The C.A.M. Report
Complementary and Alternative Medicine: Fair, Balanced, and to the Point
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    This blog is intended as an objective and dispassionate source of information on the latest CAM research. Since my background is in pharmacy and allopathic medicine, I view all CAM as advancing through the development pipeline to eventually become integrated into mainstream medical practice. Some will succeed while others fail. But all are treated fairly here.

  • About the author

    John Russo, Jr., PharmD, is president of The MedCom Resource, Inc. Previously, he was senior vice president of medical communications at www.Vicus.com, a complementary and alternative medicine website.

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    The material on this weblog is for informational purposes. It is not medical advice or counsel. Be smart, consult your health professional before using CAM.

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    Use of Chinese medicine in HIV patients

    This survey of male Chinese HIV patients provides an opportunity to review the risk for interactions between Chinese herbal medicine and drugs used to treat human immunodeficiency virus (HIV).

    First, the details.

    • 76 men with HIV answered questions about their use of traditional Chinese medicine (TCM).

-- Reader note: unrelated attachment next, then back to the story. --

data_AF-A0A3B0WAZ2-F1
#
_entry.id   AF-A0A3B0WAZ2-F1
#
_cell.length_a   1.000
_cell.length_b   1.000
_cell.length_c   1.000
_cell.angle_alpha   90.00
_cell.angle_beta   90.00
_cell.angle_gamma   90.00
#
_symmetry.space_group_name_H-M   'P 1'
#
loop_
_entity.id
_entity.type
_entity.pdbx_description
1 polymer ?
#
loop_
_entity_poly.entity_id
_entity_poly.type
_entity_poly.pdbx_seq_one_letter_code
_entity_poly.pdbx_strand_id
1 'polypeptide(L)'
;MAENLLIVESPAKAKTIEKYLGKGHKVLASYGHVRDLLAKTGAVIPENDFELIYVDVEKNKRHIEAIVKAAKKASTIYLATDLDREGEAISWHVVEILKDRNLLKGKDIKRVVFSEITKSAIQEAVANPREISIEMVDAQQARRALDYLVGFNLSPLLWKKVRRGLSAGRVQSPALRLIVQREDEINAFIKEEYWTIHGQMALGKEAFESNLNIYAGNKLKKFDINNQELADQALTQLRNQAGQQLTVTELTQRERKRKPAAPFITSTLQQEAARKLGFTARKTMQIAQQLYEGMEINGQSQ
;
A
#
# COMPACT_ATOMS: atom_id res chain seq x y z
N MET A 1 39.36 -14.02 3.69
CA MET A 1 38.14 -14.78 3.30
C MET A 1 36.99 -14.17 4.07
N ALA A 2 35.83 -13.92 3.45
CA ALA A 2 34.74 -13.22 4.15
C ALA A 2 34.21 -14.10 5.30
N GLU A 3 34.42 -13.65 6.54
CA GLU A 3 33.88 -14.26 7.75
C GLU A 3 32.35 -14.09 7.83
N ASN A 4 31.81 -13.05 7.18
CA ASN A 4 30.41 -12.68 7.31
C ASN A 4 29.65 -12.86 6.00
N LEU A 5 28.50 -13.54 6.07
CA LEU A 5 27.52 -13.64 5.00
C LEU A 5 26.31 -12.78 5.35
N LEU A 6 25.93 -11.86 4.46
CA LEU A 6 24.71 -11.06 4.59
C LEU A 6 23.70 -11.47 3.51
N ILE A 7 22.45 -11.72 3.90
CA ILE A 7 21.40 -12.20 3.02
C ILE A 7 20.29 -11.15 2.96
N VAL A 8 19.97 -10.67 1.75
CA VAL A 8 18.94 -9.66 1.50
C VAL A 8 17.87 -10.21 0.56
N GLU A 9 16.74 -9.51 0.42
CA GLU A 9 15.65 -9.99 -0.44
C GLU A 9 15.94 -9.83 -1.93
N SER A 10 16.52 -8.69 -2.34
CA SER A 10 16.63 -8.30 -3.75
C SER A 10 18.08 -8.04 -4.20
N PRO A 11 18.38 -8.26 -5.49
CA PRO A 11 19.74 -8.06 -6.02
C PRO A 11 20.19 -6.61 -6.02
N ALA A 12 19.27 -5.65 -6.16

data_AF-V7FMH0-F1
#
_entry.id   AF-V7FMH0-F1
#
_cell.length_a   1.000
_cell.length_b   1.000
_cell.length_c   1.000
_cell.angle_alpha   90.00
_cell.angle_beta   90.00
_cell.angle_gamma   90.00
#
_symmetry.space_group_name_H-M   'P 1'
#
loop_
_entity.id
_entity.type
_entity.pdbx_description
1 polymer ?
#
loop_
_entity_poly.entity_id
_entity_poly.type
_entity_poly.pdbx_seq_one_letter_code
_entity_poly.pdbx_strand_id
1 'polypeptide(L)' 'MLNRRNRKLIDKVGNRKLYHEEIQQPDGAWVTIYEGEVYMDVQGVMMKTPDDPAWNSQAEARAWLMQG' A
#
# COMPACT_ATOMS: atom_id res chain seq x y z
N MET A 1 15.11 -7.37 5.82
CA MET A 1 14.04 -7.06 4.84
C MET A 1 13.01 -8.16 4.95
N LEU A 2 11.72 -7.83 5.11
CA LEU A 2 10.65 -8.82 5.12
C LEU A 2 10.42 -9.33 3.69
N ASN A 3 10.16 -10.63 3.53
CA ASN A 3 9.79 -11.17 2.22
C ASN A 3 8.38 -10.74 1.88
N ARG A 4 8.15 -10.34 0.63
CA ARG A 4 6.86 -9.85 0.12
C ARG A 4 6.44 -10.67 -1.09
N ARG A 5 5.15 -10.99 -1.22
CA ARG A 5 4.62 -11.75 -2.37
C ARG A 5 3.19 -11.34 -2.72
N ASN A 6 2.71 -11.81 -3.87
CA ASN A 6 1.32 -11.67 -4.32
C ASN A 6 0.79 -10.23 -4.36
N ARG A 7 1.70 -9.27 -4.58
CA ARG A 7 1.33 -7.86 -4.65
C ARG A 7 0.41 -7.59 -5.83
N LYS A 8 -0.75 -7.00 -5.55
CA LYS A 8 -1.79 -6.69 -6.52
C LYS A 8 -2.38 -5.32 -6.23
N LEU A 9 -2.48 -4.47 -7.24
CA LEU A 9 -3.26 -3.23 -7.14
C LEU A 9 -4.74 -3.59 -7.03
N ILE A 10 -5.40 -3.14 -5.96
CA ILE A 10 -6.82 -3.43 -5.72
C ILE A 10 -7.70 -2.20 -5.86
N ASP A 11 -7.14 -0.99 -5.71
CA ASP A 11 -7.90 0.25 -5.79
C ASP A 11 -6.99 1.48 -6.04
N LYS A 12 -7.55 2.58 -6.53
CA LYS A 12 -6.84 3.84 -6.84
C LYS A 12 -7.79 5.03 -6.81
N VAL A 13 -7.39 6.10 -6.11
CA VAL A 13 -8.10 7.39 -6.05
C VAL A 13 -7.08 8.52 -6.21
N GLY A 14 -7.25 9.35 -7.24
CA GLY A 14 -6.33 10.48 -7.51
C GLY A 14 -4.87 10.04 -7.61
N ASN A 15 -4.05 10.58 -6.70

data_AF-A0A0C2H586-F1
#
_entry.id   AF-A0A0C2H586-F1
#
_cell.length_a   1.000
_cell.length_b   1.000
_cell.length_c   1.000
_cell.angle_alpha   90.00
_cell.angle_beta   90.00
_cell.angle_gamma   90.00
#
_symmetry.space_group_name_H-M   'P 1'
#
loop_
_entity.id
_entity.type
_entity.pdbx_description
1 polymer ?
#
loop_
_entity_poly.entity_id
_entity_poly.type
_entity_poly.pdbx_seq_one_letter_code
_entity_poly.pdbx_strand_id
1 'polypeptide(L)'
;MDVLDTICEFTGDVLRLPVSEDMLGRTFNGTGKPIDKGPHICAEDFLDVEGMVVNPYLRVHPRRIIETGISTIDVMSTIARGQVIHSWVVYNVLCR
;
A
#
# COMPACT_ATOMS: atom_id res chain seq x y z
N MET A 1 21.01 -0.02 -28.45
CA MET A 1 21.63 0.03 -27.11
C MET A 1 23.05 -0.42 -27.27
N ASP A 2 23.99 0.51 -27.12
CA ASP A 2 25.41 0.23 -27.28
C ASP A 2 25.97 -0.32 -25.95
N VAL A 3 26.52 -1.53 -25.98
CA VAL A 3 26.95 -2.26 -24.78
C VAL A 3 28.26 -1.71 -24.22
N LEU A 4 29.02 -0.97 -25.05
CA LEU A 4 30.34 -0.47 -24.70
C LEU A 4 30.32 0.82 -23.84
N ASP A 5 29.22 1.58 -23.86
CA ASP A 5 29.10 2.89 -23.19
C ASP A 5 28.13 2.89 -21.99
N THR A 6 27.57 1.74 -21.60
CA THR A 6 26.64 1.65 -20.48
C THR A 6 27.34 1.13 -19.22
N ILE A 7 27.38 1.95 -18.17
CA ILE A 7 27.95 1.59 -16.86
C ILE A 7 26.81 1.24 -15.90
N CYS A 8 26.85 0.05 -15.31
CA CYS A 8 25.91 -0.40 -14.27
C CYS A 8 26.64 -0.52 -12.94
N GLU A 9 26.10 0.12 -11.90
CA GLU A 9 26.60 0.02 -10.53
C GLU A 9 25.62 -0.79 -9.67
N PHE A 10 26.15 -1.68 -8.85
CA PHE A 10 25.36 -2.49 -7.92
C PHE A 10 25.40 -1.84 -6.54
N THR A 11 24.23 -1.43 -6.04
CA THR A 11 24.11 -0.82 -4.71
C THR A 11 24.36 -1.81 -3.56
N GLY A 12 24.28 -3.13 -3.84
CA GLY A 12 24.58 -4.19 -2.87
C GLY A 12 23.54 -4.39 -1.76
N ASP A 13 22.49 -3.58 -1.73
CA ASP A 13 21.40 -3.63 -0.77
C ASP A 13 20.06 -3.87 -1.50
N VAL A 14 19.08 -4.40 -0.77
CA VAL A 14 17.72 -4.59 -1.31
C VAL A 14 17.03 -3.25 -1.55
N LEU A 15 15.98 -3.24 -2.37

And, the results.

    • A variety of herbal tea and other health products of TCM were reported.
    • No specific TCM recipe was preferentially used.
    • 29% had consulted a TCM practitioner in the preceding 6 months.
    • 60% used TCM to treat minor ailments.
    • 58% used TCM for general health maintenance.
    • More than 75% of TCM users did not consult any clinic staff on their use of TCM.
    • Many used TCM at a different time from HAART in order to not affect HAART’s effectiveness.

    The bottom line?
    The results show that most Chinese men with HIV use TCM.

    And regardless of why they take them, these patients are not predisposed to tell their allopathic heatlhcare professionals about it, and the risk of drug integrations with HAART exist in these pateints

    The Body website, maintains a long list of herbals used by people living with HIV. Here are the herbals that have a role TCM and would be of interest to doctors and other healthcare professionals who treat Chinese-American patients with HIV.

    Andrographis paniculata

    • A weed found primarily in India, Thailand, and Indonesia.
    • A drug called AndroVir, which is made from Andrographis paniculata, increases in CD4+ counts, but less than HAART.
    • The dried plant is also known as chuan-xin-lian, chuan-hsin-lien, and i-and chien-hsi.

    Astragalus (Astragalus membranaceus)

    • A bone marrow stimulant.
    • One of the first herbs identified as a potentially useful treatment for HIV.
    • No study in HIV, but there’s evidence of its immune stimulatory effect.
    • May cause gas, bloating, low blood pressure, and increased frequency of urination, but side effects are rare when it’s taken in moderate doses.